There is really no difference between spousal support and alimony, and the terms are used interchangeably in Florida law.
Which Party Generally Has To Pay Alimony Or Spousal Support In A Divorce?
Spousal support or alimony is determined by one party’s need for support and the other party’s ability to pay support. It is also determined by other factors that are described in the statute, including the length of marriage, and the contributions that each party has made to the marriage. Spousal support will only be awarded or agreed to when one party has the ability to pay support and the other party needs the support. This situation will involve a spouse who has a substantially higher income than the other spouse, and is therefore able to help support them.
Is There A Certain Number Of Years The Couple Has To Be Married For Alimony To Be Warranted?
Florida law considers the length of a marriage to be one factor in the determination of alimony. It is important to note that the alimony laws in Florida are in a state of flux right now, and they will soon change. So, this entire discussion is based on the laws as they currently exist. The Florida statute states that a marriage lasting 17 years or more is considered to be long-term. If a marriage lasts more than 17 years and one spouse is entitled to alimony, they may be able to get permanent alimony.
We categorize our marriages as being short-term, mid-term, or long-term. The length of a marriage is not determinative of whether or not the impecunious spouse would receive alimony. Rather, it is determinative of the length of time that they would receive alimony.
When Does Spousal Support Or Alimony Actually Begin In A Divorce?
Everything in Florida Law is based upon the filing of a petition which starts the divorce action. Once this is done, alimony can and should be awarded on a temporary basis during the pendency of divorce litigation. This is referred to as Pendente Lite in Latin, which just means pending litigation. So, a spouse can get alimony during and after divorce litigation for the term of that alimony.
How Is The Amount Of Alimony Or Spousal Support Actually Determined?
The main factor in determining alimony is one party’s ability to pay spousal support versus the other party’s need for spousal support. Other factors set forth in the Florida statute include the contributions each party made to acquiring the marital estate, contributions one party has made to enhancing the other party’s profession or ability to earn income, the contributions one spouse or the other would have made to raising children and running the family, and the cost of that particular person neglecting his or her own ability to earn income. The length of the marriage, as well as the amount and value of the assets that either party will take from the marital estate will also be considered in the determination of alimony. For example, if one party walks out with substantial cash or investments, their need for alimony may be lowered. So, in order to make a determination, we look at the overarching factor of need versus ability to pay, and fine-tune this decision by looking at the other factors prescribed in the statute.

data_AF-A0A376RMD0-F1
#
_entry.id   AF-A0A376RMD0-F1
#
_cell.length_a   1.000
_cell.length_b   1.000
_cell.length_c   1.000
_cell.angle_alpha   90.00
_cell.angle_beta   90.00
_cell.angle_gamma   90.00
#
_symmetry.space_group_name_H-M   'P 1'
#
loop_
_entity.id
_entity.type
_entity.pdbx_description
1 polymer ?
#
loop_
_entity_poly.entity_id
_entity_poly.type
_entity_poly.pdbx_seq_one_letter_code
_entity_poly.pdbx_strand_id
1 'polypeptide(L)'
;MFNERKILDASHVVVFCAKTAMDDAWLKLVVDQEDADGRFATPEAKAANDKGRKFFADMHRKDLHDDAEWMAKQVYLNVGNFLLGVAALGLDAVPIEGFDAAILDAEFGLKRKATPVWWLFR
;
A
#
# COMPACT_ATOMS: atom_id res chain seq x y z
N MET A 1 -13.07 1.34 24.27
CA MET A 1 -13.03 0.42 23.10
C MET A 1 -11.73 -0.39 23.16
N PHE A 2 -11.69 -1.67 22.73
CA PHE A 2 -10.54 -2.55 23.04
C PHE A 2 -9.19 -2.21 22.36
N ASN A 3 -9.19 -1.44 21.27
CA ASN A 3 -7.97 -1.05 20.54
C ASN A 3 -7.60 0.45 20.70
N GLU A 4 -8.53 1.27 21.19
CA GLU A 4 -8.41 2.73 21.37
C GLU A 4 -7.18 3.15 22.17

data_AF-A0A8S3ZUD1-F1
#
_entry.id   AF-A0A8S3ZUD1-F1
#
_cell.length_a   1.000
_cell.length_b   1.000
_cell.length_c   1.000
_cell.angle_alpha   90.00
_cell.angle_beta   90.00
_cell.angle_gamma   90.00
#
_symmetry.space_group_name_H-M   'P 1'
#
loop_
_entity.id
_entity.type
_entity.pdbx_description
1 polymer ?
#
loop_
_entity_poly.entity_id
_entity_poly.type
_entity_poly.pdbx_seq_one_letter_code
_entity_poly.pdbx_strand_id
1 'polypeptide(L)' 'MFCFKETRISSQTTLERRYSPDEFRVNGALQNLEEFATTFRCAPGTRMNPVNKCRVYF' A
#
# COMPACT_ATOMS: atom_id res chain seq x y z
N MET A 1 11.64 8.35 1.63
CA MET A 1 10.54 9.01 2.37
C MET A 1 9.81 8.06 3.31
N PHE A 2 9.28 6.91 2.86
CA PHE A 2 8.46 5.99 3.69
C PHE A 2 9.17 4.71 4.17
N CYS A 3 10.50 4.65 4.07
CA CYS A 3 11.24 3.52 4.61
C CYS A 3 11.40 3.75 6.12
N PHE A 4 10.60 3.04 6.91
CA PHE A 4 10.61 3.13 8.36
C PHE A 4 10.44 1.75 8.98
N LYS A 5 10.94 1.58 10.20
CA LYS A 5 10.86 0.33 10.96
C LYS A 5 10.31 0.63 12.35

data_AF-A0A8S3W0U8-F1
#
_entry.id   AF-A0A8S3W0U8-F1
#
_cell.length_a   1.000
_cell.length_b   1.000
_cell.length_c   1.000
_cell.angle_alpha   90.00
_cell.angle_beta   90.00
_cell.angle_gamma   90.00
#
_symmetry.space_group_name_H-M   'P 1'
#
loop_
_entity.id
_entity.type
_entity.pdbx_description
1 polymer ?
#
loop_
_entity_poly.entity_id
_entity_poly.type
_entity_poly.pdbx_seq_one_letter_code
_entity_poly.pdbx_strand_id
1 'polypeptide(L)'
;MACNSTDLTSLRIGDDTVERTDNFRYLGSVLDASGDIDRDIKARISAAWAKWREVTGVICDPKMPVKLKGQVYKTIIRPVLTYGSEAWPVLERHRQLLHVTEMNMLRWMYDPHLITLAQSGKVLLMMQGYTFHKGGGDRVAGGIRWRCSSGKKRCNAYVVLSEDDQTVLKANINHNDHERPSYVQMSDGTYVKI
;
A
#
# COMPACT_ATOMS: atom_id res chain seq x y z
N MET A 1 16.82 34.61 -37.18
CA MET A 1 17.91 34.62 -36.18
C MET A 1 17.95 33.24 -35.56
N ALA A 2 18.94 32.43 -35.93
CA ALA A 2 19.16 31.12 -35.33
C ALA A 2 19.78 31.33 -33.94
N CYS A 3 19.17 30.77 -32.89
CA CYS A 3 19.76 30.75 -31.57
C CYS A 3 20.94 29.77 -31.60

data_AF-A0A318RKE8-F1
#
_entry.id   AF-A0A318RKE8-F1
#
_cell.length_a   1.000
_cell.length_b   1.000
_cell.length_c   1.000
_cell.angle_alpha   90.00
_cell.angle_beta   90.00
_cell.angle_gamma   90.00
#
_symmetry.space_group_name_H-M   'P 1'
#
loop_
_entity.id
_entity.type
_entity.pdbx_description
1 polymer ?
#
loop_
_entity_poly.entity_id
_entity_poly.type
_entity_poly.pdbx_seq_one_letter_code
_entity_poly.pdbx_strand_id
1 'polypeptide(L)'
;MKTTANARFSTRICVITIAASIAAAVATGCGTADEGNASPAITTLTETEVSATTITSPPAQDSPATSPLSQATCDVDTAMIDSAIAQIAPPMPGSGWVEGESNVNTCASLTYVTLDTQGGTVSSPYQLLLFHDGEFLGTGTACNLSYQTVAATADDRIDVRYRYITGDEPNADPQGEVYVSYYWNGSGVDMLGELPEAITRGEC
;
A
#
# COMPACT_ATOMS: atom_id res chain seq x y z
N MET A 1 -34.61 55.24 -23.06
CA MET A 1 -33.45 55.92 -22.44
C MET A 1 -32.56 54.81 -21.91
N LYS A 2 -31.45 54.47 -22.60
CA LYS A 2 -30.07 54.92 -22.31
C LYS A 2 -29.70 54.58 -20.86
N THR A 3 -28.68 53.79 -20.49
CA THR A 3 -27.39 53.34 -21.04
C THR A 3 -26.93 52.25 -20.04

What Are The Top Misconceptions Regarding Alimony Or Spousal Support? If My Spouse Committed Adultery, Does That Have Any Effect On The Alimony Or Spousal Support?
Generally speaking, the courts don’t want to hear about adultery. If for example, a husband committed adultery, it should have no effect on his liability to pay alimony to the wife. However, if as a result of that adultery he dissipated some of the assets (via expensive trips or gifts), then those funds can be recalculated into the marital estate to the extent that the assets were dissipated. So, if the husband purchases his girlfriend a $50,000 automobile as a gift, it should have no effect on need or ability to pay alimony, but it would have an effect on the distribution of assets. As a result, the court would put that $50,000 back into the estate before it is split up.
For more information on Alimony & Spousal Support In Florida, an initial consultation is your next best step. Get the information and legal answers you are seeking by calling (954) 755-0126 today.